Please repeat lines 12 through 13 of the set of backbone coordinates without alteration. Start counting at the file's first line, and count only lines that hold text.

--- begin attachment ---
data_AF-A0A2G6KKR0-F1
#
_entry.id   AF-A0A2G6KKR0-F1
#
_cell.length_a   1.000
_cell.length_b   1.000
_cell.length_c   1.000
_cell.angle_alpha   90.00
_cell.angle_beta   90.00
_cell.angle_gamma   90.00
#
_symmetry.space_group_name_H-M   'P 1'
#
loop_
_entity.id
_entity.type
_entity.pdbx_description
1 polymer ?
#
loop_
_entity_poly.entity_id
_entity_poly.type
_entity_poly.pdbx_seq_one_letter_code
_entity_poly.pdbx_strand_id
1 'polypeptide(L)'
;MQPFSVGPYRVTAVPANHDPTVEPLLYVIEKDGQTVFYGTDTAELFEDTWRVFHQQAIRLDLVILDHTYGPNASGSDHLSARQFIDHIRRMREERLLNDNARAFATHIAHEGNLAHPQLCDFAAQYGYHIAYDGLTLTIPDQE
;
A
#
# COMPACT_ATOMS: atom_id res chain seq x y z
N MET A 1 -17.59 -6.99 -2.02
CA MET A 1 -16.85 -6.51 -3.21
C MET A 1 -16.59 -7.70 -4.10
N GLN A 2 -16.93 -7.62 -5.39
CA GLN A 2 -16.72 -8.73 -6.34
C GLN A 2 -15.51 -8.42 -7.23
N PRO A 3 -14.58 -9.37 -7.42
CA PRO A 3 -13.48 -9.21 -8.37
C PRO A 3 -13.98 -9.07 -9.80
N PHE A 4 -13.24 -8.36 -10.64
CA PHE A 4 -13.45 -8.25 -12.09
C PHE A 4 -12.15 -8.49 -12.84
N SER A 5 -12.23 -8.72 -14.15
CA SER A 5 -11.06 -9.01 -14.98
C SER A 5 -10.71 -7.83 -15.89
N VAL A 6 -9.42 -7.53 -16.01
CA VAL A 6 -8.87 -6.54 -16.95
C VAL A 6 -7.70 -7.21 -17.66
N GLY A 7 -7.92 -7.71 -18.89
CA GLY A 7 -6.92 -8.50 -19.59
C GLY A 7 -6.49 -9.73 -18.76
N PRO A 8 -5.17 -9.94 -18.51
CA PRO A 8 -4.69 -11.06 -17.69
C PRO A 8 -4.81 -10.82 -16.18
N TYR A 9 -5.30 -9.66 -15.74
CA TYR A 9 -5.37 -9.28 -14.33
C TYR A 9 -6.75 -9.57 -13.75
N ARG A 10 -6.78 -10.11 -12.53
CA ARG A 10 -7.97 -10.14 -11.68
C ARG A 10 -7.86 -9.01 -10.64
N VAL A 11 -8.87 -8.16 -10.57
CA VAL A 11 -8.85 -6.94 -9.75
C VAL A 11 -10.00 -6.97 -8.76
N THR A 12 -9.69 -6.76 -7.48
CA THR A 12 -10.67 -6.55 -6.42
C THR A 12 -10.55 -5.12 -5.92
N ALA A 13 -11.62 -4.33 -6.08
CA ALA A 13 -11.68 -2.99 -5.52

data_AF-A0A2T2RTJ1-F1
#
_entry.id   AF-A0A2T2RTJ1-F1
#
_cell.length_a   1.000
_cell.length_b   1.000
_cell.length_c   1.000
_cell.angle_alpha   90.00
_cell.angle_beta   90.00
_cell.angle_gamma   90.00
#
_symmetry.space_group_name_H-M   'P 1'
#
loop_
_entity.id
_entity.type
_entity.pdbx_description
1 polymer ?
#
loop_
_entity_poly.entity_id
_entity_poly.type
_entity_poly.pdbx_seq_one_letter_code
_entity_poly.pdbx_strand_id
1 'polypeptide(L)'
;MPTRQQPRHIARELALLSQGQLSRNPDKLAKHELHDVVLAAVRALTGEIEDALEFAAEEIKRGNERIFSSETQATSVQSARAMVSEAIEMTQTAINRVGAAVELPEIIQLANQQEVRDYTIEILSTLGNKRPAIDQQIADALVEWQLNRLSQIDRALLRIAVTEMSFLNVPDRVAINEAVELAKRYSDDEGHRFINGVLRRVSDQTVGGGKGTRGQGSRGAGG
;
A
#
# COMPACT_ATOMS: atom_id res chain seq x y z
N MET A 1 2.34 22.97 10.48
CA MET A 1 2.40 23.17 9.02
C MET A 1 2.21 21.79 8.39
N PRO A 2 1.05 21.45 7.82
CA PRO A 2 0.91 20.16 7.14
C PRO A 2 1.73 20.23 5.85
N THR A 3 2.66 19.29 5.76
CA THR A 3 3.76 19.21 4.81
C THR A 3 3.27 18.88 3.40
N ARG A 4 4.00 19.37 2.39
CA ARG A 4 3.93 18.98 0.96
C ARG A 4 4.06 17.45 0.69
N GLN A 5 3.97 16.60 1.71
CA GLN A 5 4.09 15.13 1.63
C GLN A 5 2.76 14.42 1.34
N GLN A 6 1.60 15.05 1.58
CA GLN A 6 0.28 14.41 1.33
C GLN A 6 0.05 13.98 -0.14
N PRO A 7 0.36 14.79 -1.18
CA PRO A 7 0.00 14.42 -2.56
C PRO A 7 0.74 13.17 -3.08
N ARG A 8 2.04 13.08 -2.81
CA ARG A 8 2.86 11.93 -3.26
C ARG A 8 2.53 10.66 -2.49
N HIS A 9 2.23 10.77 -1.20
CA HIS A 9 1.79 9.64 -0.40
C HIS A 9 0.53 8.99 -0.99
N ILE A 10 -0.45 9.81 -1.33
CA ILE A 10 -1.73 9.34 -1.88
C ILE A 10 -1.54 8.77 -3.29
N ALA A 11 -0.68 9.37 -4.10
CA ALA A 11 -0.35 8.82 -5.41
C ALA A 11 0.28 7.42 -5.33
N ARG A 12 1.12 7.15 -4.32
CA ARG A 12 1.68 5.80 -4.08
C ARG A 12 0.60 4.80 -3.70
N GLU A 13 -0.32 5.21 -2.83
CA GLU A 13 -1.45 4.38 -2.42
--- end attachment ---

_symmetry.space_group_name_H-M   'P 1'
#